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i debugged und reversed an exe file with x64dbg I simply changed an assembly command (je) into nop , patched the file and saved it under a different name. (only one line was changed) When i tried to start this patched exe-file, i got the message: "File corrupted! This program has been manipulated and maybe it's infected by a virus or cracked. This file wont work anymore". It seems that the original exe file protects itself against changing. Does anyone know, how that works and how to bypass it?

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    Why do you need to change an specific byte (JE) without knowing what could happen in both ways? The application might have a CRC Checking to determine if it is modified. – ismael_akez Dec 25 '18 at 10:27
  • Try to change JE to JNE or vice-versa. And don't change any other bytes. – Biswapriyo Dec 25 '18 at 11:03
  • Something the linkers since VS2008 or 2010 provide is the /integritycheck switch which turns on a flag in the PE header. In such a case the loader will check the signature and complain if the signed file was tampered with. However, since you give barely any relevant information it's hard to tell whether this is the case here. – 0xC0000022L Jan 24 at 11:13
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Sound's like the program checks for validity.
I can think of two ways to solve it (pretty much the same way with a twist):
1. find where it calculates the checksum and verify it, you can patch it to always look valid
2. find where it calculates the checksum, breakpoint right after the checksum is calculated and place the calculated checksum in the file instead of the original checksum.

You can patch the binary at run-time, if it doesn't pop a message, it only check the checksum once (as opposed to checking it repeatedly in a different thread). If it does pop a message, you can find the function pointers passed to CraeteThread, once of the pointers should take you to the functions that verifies the checksum.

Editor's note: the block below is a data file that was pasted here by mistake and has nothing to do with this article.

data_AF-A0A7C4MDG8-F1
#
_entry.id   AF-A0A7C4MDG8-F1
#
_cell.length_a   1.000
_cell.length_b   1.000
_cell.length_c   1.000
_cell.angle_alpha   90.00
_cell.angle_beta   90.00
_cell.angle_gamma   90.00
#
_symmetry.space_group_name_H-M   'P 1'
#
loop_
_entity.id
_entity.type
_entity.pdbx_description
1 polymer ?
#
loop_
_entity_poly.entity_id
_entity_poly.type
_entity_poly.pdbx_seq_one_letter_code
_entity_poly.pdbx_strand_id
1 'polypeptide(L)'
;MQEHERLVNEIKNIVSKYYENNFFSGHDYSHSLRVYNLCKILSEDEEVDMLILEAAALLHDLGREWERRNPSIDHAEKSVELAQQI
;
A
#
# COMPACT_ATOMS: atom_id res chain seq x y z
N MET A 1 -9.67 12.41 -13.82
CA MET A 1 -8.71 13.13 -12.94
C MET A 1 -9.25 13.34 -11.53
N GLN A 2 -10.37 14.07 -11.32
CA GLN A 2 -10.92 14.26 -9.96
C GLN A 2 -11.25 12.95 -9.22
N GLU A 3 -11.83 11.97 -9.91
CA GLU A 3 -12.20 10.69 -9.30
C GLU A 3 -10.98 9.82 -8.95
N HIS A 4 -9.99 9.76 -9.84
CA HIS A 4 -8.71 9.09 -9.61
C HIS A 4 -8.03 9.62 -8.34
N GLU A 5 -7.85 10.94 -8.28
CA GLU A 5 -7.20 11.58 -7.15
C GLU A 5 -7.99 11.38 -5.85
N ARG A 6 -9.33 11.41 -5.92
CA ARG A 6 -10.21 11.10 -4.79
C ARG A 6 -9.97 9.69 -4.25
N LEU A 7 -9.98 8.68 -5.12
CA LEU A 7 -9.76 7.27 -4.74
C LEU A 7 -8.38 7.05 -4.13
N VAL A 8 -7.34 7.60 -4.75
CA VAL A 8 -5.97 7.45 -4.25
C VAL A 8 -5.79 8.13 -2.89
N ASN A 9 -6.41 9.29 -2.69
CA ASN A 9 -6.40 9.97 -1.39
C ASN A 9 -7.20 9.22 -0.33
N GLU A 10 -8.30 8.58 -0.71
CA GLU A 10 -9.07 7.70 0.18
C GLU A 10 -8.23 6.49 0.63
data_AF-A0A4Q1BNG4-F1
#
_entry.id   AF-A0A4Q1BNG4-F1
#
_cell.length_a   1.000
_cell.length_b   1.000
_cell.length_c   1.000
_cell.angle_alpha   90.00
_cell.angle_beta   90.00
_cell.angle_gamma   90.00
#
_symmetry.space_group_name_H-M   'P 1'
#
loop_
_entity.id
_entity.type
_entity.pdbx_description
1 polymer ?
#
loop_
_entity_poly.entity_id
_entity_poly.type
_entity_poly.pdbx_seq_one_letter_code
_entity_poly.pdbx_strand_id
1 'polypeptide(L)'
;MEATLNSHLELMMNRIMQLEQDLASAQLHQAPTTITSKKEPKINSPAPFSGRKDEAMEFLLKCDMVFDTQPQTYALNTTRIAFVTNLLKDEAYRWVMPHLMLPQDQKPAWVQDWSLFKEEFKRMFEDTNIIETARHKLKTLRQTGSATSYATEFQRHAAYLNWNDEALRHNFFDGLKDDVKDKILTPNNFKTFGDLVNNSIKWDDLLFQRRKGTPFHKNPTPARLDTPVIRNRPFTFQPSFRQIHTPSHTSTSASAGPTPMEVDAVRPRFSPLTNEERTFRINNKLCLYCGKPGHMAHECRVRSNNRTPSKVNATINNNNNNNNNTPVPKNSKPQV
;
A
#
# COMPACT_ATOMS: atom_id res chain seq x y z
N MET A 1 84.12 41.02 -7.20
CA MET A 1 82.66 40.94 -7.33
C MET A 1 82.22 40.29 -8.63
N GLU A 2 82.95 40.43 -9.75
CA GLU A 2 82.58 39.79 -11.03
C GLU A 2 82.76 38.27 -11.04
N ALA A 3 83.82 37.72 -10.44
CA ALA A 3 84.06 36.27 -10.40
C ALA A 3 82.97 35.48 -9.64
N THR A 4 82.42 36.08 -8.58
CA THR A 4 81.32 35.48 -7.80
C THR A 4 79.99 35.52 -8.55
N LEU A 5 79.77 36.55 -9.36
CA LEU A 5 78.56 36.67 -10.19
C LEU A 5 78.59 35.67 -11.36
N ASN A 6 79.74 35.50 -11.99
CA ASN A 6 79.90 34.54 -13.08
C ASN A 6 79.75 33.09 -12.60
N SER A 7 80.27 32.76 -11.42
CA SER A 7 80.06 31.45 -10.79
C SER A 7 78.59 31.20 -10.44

If the message doesn't pop, you can find the checksum calculation by looking at x-refs from the start of each segment (the .text segment is likely to get x-refed by this code).

If, for some reason, only the checksum of some of the .text segment is calculated and checked, you can simply search for strings "File corrupted! This program has been manipulated and maybe it's infected by a virus or cracked. This file wont work anymore", find where it's referenced and check for the validation around that

  • I tried to find the string in the exe file. It seems that the string is generatet in a windows dll and not in the exe file i have changed. So i need to find the place, where the checksum is calculated and the dll is called, but i didnd find yet. – general failure Dec 25 '18 at 17:07
  • unlikely that it's a part of windows. i'd guess it's in one of the dlls in the same folder as your executable – Amirag Dec 25 '18 at 21:26
  • yes, i think that too, but unfortunately there are more than 30 dll's in that folder. The other point is, that exactly the same text is known from other software too (i checkted it in google). Thats looks more like a windows dll. – general failure Dec 25 '18 at 22:01

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